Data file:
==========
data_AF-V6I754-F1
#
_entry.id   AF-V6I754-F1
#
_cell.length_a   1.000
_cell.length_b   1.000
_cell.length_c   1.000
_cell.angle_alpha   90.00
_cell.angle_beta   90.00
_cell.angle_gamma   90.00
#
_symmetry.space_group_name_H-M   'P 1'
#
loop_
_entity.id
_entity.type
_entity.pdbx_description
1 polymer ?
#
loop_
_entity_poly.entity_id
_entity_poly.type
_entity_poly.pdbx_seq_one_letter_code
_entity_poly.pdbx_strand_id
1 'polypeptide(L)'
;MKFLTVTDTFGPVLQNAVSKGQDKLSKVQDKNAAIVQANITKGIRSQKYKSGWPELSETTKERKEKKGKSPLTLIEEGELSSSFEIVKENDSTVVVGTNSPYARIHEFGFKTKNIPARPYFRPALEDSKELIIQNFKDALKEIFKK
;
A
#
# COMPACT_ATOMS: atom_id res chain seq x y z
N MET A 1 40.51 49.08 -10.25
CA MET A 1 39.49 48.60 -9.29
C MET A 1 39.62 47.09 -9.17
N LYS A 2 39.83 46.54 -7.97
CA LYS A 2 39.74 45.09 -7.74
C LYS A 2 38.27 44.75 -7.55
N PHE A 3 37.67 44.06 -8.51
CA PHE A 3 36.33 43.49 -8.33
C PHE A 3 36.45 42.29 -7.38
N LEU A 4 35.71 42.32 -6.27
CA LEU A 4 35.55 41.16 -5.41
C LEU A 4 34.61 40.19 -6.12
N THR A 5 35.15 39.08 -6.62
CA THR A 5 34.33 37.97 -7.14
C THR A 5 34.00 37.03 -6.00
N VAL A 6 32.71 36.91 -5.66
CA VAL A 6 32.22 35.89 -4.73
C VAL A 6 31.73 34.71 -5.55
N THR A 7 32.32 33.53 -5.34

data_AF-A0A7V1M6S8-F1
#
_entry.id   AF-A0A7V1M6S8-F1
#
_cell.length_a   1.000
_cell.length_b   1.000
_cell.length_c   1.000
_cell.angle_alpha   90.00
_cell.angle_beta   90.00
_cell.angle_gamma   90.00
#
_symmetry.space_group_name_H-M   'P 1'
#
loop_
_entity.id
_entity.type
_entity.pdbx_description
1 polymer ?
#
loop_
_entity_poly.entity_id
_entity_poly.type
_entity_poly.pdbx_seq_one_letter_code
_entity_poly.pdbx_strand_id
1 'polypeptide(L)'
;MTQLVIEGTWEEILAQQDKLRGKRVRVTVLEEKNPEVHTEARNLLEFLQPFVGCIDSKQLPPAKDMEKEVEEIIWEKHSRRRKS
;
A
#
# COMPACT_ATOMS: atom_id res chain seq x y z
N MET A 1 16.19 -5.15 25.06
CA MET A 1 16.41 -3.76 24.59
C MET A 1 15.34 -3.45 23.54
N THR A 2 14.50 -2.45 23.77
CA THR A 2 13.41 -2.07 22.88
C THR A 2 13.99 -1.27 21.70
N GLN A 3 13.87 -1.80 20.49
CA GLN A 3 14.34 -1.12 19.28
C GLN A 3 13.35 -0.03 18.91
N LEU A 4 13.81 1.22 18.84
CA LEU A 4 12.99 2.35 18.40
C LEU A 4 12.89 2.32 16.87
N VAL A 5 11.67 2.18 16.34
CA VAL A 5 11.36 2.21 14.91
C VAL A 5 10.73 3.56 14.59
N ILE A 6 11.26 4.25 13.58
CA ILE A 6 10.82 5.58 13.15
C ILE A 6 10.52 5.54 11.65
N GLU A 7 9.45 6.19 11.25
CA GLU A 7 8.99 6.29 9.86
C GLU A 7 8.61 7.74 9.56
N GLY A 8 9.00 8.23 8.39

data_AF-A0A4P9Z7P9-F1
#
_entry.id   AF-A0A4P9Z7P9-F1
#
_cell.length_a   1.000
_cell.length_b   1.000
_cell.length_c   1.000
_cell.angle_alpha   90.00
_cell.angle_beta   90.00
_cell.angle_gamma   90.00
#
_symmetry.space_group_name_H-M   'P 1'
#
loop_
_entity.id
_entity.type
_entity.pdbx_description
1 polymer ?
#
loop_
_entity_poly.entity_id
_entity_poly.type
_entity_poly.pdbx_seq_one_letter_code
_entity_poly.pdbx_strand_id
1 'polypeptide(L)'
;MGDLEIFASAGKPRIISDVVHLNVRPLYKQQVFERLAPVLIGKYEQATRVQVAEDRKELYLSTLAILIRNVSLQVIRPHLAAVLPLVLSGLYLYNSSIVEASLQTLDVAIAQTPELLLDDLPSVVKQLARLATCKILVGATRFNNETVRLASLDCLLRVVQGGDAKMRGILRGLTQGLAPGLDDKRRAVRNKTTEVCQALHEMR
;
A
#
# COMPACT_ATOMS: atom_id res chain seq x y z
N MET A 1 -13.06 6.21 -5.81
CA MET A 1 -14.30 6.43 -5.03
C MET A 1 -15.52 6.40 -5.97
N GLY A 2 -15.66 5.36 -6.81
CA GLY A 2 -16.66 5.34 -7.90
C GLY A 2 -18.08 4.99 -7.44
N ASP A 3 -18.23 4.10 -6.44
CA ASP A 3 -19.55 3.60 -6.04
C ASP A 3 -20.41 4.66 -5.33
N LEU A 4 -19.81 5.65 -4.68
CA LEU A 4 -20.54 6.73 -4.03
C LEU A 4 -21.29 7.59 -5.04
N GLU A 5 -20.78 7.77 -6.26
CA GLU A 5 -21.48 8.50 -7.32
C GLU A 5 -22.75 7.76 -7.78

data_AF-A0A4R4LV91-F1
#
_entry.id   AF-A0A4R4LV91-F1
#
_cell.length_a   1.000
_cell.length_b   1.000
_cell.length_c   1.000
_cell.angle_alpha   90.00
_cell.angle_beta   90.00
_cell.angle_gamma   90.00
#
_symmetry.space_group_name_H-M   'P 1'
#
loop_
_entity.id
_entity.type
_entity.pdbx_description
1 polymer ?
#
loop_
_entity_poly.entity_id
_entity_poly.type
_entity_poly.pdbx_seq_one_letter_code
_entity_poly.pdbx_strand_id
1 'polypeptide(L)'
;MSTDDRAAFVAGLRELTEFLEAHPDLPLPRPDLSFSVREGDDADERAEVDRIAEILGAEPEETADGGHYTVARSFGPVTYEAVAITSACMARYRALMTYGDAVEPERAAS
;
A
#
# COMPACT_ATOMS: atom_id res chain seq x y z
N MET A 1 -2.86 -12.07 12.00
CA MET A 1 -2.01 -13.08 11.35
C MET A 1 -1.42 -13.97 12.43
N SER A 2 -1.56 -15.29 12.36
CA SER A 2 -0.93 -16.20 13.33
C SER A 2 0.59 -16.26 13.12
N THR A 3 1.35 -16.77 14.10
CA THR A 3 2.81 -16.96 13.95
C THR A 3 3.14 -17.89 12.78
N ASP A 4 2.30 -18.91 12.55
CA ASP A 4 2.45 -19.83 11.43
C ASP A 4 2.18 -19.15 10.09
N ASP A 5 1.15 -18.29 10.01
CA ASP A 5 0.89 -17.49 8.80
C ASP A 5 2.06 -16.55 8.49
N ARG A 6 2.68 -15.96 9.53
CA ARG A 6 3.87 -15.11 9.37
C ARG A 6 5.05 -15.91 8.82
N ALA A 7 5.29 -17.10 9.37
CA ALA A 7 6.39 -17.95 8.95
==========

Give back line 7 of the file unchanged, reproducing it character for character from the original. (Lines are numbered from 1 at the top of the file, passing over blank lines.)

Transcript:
_cell.length_c   1.000